Audi PB18 e-tron
Two generations of R8 e-tron sank withoutwit trace. Can this 750bhp shooting brake become Audi’s plug-in supercar phoenix?
“If at first you don’t succeed, stop thinking logically and draw something so white-hot radical it burns a hole straight through the middle of the drawing board and lands, still smouldering, on the floor.” It’s not official, but we can assume that’s the brief at Audi’s ‘Design Loft’ in Malibu, California, which has dreamt up this electric hyper-estate inspired by Audi’s dominant decade in Le Mans racing. This 23rd-century rollerskate is the Audi PB18 e-tron.
Ignore the underwhelming name with initials referring to the car’s unveiling at the Pebble Beach festival of brightly dyed corduroy and champagne pricier than liquid platinum. Concentrate instead on details like a low, mid-mounted 95kWh solidstate battery, capable of accepting a 310-mile charge in 15 minutes, thanks to 800-volt charging. Or, if you’re less stung by range anxiety, a claimed 0–62mph sprint of two seconds flat. That comes courtesy of three electric motors: one shared between the front wheels, and one each for the rears, developing a combined 661bhp, but capable of short ‘overboost’ spurts up to 753bhp. So far, so ‘generic electric supercar concept study’.
What makes the PB18 different is its love for you. Yes, you. The driver. Audi wants you to enjoy yourself. This is the first battery-powered hyperpod we can remember which doesn’t twin its bowel-bothering urgency with visions of a self-driving, computer-controlled utopia. There’s none of that ‘you enjoy the twisties, then let the microchips take over for the commute’ rhetoric. In fact, Audi says the skunkworks codename for the PB18 was Level Zero, to ram home the fact it couldn’t be further in philosophy from the Level 4/ Level 5 grades of self-driving autonomy it’s currently scrambling to offer in flagship models.
Should’ve stuck with Level Zero, Loft-scribblers. It’s better than PB18. Unless you fetishise accurate private numberplates.
So, there are no self-driving guardian angels on board. But you can alter how you experience the ultimate in Vorsprung durch Elektrisch – as long as you’re happy to trust a machine with no mechanical connection whatsoever between its brake pedal and the carbon discs, nor its steering wheel and those 22-inch front tyres. Thanks to the wonders of drive-by-wire, Audi’s designed the entire cockpit of the PB18 to slide from stage left to dead centre. Bucket seat, pedals, steering wheel and OLED head-up display – which overlays the ideal racing line on circuit into your field of view, or satnav directions on the way home into your eyeline – all shuffle as one. Get the full singleseater racecar experience, or ride side-saddle with space for a passenger via a flip-down jump seat.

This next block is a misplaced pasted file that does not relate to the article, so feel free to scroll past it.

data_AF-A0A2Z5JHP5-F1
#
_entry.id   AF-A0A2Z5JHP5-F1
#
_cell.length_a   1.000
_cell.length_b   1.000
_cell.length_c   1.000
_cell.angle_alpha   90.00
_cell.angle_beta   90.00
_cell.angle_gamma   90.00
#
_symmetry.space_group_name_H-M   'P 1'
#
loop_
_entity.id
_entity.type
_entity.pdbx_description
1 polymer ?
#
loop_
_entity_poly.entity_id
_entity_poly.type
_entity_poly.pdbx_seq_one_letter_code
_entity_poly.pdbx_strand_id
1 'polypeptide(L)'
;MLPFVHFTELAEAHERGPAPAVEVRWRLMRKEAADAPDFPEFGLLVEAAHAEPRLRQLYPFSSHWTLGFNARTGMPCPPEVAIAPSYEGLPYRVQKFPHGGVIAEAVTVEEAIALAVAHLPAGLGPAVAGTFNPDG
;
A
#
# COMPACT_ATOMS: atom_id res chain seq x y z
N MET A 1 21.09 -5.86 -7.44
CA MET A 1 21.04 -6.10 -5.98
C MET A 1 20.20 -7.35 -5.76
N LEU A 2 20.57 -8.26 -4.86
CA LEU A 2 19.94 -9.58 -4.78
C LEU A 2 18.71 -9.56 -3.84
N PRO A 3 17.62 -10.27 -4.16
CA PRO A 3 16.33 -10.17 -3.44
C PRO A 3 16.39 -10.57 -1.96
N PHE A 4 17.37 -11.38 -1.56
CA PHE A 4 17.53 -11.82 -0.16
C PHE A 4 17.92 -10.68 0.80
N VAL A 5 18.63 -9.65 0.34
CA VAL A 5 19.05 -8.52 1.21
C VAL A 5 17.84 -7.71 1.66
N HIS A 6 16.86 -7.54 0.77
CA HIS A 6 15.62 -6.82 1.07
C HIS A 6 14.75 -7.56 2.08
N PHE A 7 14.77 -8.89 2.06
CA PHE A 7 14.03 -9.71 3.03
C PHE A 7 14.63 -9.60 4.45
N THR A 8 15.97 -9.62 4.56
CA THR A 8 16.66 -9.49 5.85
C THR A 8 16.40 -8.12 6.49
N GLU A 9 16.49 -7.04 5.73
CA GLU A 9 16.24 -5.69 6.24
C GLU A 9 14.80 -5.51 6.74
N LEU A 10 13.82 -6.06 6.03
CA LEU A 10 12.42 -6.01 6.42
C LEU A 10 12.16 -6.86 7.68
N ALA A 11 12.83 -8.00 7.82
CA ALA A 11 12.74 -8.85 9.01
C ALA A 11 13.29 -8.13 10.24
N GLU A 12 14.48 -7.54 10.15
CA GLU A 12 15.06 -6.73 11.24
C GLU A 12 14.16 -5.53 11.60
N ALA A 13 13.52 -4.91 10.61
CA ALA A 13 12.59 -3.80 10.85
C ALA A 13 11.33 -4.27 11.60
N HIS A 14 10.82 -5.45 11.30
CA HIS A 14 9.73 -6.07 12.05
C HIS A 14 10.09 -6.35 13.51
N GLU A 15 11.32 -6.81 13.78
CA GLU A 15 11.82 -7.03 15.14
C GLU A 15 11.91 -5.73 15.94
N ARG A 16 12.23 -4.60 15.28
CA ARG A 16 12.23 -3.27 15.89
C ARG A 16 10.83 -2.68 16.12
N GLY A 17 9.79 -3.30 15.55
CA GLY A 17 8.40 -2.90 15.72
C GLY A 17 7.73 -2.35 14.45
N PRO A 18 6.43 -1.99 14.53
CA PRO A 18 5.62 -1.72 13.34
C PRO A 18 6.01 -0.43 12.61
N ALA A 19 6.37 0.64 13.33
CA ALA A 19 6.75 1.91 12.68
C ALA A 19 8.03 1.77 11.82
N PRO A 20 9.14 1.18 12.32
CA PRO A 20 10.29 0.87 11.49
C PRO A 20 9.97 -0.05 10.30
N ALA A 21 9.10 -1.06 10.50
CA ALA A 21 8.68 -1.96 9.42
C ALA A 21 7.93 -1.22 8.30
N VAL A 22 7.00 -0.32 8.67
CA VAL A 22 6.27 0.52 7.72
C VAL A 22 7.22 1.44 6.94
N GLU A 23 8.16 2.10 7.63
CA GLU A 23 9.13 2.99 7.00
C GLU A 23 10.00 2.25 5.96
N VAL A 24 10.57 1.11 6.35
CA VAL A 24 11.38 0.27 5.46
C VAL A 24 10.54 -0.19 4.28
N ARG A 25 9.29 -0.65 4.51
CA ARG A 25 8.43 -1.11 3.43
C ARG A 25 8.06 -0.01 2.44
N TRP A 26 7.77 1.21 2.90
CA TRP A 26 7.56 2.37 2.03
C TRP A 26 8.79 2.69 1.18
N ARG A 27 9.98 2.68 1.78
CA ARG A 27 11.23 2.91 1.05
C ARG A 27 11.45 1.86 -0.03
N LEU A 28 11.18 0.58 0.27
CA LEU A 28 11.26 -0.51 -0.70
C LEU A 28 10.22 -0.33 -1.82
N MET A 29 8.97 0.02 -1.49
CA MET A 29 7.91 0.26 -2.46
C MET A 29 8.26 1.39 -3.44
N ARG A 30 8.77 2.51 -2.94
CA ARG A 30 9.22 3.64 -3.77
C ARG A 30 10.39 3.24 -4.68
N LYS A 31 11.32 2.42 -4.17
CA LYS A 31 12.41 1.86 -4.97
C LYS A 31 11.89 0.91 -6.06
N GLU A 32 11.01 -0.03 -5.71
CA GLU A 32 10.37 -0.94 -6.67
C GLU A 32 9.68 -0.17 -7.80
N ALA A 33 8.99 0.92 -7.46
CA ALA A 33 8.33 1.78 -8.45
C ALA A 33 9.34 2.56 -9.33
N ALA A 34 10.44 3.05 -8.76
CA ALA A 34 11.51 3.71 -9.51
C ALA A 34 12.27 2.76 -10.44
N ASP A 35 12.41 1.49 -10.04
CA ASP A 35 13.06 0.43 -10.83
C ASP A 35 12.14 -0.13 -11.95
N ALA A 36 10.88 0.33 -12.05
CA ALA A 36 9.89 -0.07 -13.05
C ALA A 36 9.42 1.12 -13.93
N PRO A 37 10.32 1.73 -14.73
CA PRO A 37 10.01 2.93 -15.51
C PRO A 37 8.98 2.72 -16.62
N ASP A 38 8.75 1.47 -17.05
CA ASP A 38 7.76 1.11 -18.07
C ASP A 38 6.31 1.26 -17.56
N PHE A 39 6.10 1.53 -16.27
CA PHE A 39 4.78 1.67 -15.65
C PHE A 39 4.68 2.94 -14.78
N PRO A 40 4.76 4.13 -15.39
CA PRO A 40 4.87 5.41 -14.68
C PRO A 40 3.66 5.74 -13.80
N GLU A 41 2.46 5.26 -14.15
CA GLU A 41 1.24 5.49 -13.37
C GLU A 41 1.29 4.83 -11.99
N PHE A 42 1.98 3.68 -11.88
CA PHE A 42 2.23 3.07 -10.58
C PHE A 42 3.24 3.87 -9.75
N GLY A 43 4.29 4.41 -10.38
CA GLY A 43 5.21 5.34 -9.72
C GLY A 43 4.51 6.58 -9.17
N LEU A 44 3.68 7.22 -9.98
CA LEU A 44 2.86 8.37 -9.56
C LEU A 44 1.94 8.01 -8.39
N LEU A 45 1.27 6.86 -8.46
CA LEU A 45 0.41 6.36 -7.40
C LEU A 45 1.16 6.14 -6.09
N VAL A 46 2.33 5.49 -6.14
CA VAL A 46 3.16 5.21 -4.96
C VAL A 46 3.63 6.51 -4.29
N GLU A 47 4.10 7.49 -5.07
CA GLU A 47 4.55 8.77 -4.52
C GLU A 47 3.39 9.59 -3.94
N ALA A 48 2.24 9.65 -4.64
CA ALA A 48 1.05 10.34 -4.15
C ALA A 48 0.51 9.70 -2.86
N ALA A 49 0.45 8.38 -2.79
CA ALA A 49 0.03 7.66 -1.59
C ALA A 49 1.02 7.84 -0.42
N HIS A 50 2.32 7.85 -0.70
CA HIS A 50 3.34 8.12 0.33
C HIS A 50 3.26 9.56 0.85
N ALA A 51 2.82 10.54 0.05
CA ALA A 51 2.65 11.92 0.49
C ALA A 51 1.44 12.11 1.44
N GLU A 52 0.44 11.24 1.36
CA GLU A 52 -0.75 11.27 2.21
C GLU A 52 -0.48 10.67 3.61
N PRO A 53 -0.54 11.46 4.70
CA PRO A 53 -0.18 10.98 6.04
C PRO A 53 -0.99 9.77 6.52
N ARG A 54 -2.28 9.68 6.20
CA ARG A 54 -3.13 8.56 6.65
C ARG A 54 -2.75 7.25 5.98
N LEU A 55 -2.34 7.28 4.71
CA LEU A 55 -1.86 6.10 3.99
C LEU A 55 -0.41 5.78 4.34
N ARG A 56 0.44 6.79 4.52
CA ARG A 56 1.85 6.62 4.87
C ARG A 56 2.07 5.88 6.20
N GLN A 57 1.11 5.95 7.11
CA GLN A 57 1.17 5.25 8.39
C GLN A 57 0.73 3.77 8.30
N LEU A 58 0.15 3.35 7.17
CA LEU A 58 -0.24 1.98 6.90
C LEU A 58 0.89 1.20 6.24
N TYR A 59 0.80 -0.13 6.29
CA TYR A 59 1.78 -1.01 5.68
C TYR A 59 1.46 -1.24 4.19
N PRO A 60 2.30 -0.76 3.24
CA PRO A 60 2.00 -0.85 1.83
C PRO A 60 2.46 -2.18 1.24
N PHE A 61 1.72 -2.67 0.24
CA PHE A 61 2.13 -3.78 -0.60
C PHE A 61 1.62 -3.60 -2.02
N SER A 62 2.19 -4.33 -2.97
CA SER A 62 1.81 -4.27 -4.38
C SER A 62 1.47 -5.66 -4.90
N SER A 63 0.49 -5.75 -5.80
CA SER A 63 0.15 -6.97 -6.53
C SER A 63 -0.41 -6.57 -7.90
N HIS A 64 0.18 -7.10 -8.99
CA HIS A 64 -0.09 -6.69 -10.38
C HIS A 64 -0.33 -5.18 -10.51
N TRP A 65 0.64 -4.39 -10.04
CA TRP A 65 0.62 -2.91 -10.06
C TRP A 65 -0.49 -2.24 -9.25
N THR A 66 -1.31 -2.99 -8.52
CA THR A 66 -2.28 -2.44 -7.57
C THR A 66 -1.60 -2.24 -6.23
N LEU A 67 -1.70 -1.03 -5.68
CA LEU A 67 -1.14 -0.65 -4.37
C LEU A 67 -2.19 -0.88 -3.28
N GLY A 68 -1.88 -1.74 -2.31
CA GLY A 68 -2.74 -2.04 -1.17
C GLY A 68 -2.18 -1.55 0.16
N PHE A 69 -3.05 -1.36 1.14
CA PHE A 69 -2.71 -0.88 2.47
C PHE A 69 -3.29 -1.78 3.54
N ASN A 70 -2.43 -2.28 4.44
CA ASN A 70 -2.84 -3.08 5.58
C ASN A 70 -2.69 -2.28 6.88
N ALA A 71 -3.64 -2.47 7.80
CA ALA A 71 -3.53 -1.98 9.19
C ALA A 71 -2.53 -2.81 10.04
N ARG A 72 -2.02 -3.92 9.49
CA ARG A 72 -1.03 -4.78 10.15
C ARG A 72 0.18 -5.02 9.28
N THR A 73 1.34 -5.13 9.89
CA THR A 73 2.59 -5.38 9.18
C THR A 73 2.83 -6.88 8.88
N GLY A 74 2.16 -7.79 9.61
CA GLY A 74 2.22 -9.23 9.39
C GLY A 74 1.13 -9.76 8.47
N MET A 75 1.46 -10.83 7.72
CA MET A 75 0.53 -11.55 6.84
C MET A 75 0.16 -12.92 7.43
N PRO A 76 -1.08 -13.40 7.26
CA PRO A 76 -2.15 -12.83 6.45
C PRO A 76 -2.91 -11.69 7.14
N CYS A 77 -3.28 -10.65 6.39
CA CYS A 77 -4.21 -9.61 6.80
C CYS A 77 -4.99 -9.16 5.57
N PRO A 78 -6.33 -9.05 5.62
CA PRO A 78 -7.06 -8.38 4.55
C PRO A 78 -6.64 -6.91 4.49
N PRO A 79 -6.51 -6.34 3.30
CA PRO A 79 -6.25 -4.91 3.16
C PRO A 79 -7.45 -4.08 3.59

Audi might have hit on something with the ultra-flexible cabin idea. Despite being Aventadorsized, this is a practical supercar. The shooting brake tail – home to an extending rear wing and drooping diffuser which morphs closer to the road to generate more downforce – allows for a 470-litre boot, not far off what an A4 wagon musters.
There’s a Professor Brian Cox brain’s-worth of physics going on too: magnetic conductive charging, corner-hungry torque-vectoring, laser headlights and so many lightweight construction elements the car only weighs 1,550kg 550kg – Lotus-like for a full EV. Yet beneath eath it all, it’s intended to be a selfish, skill-rewarding driverthriller. And (unlike the R8 e-tron) it deserves to become science-fact. Third time lucky...
Sliding cockpit concept not yet ready for right-hand drive. TG readies spanners
Face treatment clearly inspired by Iron Man. And Willem Dafoe
Audi’s been producing e-tron concepts since ’09. The first-gen R8 e-tron was quickly canned in 2013 due to disappointing range. The MkII R8 launched with a 456bhp ’leccy version, but fewer than 100 of the $1m special-order EVs were ever built
Shock Audi product placement in Star Wars dogfight confirmed